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25 Investigates: Woodway woman claims she can't sell her home due to severe flooding due to city street drain

Posted: 7:26 AM, Dec 19, 2019
Updated: 2019-12-23 19:31:37-05
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WOODWAY, TX — A puddle-filled backyard caused by severe flooding - for one Woodway resident, Esmeralda Reyes, this is her reality.

"The amount of water that's coming through here is to the extent that's its completely running over the creek into the backyard, getting up under my house and into our bedroom as well," Reyes said.

Reyes says the flooding problem started several years ago when the city of Woodway put in street drains creating a water influx in the creek behind her home. But the flooding worsened over time.

"Things really got bad when the construction started for the Primrose School of Waco. We continued to get excessive water flow throughout the construction and here recently (after they opened) with the retention pond that, they created," Reyes said.

"They" would be city officials.

Fed up with the extreme flooding, Reyes decided to put her home on the market. Within days, she says a buyer was willing to pay $210,000, but once an inspection of the property was completed, she says the buyer pulled out.

"Specifically, the report says that there is notable draining issues where it's gotten under the house and impacted the pier (it's a pier and beam home)," she said.

She claims the extreme flooding created visible water markings in her yard.

She reached out to the city of Woodway in June to seek help, but before she did, she shared her nightmare with her neighbor Saundra Karnes. "I've lived here for 37 years and I've had this problem the whole time that I have lived here" says Karnes, regarding the extreme flooding issue.

Woodway sent out Community Services/Development Department Director, Mitch Davison to see what was going on.

Reyes decided to record her conversation with Davison during the land survey. She turned that recording over to 25 Investigates as proof that the city wasn't addressing her concerns.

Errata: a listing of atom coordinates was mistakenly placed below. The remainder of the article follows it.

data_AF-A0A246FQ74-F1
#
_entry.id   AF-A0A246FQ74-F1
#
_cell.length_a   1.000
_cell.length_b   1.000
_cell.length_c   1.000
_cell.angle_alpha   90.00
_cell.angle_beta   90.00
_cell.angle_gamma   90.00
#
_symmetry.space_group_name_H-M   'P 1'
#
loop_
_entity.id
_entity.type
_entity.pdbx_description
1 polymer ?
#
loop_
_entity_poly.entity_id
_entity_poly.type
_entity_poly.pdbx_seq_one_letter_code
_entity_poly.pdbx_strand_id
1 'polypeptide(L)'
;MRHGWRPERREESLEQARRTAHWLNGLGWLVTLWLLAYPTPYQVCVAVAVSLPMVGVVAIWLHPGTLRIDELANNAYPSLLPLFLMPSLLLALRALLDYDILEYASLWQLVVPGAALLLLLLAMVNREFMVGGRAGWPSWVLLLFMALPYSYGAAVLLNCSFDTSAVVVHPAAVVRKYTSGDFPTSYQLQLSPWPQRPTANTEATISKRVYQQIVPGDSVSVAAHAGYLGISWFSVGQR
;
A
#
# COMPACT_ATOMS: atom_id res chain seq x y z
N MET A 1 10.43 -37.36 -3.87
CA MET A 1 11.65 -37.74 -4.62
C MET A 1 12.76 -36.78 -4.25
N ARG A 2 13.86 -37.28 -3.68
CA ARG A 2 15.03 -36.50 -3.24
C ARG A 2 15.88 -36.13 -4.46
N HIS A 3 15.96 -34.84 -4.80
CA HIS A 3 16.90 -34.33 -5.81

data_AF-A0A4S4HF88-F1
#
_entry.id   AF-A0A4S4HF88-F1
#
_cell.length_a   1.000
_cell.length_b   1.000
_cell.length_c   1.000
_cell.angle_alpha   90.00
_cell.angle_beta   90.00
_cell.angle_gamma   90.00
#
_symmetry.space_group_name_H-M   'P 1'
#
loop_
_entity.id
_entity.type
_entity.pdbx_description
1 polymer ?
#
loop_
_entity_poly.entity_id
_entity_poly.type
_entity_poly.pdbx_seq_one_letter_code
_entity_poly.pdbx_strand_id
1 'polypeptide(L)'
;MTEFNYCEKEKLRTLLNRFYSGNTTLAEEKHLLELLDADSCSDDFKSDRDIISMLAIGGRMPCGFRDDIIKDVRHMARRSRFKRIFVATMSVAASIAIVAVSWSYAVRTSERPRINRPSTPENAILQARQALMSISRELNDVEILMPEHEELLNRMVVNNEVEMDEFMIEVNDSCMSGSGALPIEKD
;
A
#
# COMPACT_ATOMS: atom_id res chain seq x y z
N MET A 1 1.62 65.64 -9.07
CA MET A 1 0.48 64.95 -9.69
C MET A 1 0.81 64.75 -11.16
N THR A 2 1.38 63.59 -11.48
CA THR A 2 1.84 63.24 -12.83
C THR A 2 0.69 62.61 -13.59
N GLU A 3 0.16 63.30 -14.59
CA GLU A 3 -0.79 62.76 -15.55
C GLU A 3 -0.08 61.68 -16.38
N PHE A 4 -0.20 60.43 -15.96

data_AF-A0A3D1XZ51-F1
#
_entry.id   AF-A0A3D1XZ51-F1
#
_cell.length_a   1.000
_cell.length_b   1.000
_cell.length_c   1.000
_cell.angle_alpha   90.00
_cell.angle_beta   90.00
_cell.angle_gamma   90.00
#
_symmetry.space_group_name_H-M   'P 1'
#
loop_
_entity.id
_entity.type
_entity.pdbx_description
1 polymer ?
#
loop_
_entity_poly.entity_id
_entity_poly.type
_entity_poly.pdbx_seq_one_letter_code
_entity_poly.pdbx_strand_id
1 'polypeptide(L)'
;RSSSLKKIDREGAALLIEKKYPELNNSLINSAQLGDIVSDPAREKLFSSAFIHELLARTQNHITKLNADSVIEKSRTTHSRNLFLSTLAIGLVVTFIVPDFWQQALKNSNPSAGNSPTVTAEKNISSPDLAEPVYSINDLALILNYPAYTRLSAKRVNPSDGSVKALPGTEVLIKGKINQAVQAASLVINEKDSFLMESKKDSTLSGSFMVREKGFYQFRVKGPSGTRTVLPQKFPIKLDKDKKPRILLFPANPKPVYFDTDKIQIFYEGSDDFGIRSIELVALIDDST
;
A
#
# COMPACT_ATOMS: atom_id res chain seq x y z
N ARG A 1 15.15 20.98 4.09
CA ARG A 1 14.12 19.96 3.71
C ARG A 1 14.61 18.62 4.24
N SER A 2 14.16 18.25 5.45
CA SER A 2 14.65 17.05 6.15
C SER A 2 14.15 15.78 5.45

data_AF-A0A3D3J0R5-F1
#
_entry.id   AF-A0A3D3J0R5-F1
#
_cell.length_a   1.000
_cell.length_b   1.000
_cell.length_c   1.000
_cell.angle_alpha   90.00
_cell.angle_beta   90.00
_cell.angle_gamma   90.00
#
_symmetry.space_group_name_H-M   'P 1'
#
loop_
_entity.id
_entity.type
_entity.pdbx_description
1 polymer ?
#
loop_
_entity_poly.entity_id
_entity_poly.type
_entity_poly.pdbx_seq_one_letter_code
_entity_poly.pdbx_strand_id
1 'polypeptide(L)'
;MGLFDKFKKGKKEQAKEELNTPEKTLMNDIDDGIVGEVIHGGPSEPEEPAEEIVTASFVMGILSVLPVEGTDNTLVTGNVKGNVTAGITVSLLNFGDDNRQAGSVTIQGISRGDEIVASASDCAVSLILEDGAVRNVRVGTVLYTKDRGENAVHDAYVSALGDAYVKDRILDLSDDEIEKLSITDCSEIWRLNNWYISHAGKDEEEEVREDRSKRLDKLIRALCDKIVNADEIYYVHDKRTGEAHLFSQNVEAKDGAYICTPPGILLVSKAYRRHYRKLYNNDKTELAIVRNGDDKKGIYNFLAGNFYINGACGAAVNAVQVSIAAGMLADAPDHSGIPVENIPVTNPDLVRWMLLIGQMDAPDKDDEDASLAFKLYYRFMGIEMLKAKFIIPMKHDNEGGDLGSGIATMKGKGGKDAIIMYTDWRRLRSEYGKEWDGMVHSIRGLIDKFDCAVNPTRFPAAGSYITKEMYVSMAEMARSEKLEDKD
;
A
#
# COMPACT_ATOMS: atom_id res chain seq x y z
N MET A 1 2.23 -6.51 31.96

When Reyes asked why the city hadn't dealt with the extreme flooding issues before or fix the drainage in that area, Davison replied, "I know why they did it...they didn't want to pay for anything more back in those days. The builders and developers in the 60s particularly didn't worry about storm water at all."

During their conversation, Davison claimed he could get a crew out to Reyes' home with an excavator.

"We typically don't do anything on private property unless there's a reason for it. I think we can help here, but I know how the new City Manager is...he's going to say well get them to sign the right of entry form. It's a real simple form that we've created. It's just going to say we're going to come try to fix this, but you're not going to sue us just for fixing it," he said.

Fearing she wouldn't be protected by the city's work, Reyes hired an attorney. She claims once she decided to do that - talks between her, Davison and city manager, Shawn Oubre, stalled.

"I hear what Mrs. Reyes says" exclaimed Oubre. "I heard it when we went to visit her. And that's a disagreement that we're currently in the process of trying to get through. I haven't been there when there's an extreme rain. I haven't been there when there's a light rain, but I can see the drainage pattern and where it outflows in between the two driveways."

Since Oubre hadn't seen examples of Mrs. Reyes' extreme rain, we showed him several flooding videos that she shared with 25 Investigates.

When asked what he would do if he were in a situation like Mrs. Reyes, where he couldn't sell his house and is sort of stuck, Oubre replied, "This isn't about me."

To that, 25 Investigates said:

"You're right, it's about a hard-working taxpayer from the city of Woodway asking her city to help her out, give her some relief. And, it seems as if to her it's a game that's being played that's been played with her neighbor for 37 years. So, other viewers are watching this going: how's the city ever going to help me if I have issues like this. What would you say to them?"

Oubre said "I would ask them to call. Let us take a look at it. We may be able to address some of it, we may be able to address all of it, but just give us the opportunity."

For now, the city and Reyes are at an impasse. The next move for the city is to conduct an engineering study on and around the property.

25 Investigates sat down with Ryan DeLeon, President of Vantage Point Inspections, to see what homeowners should look out for when it comes to home inspections.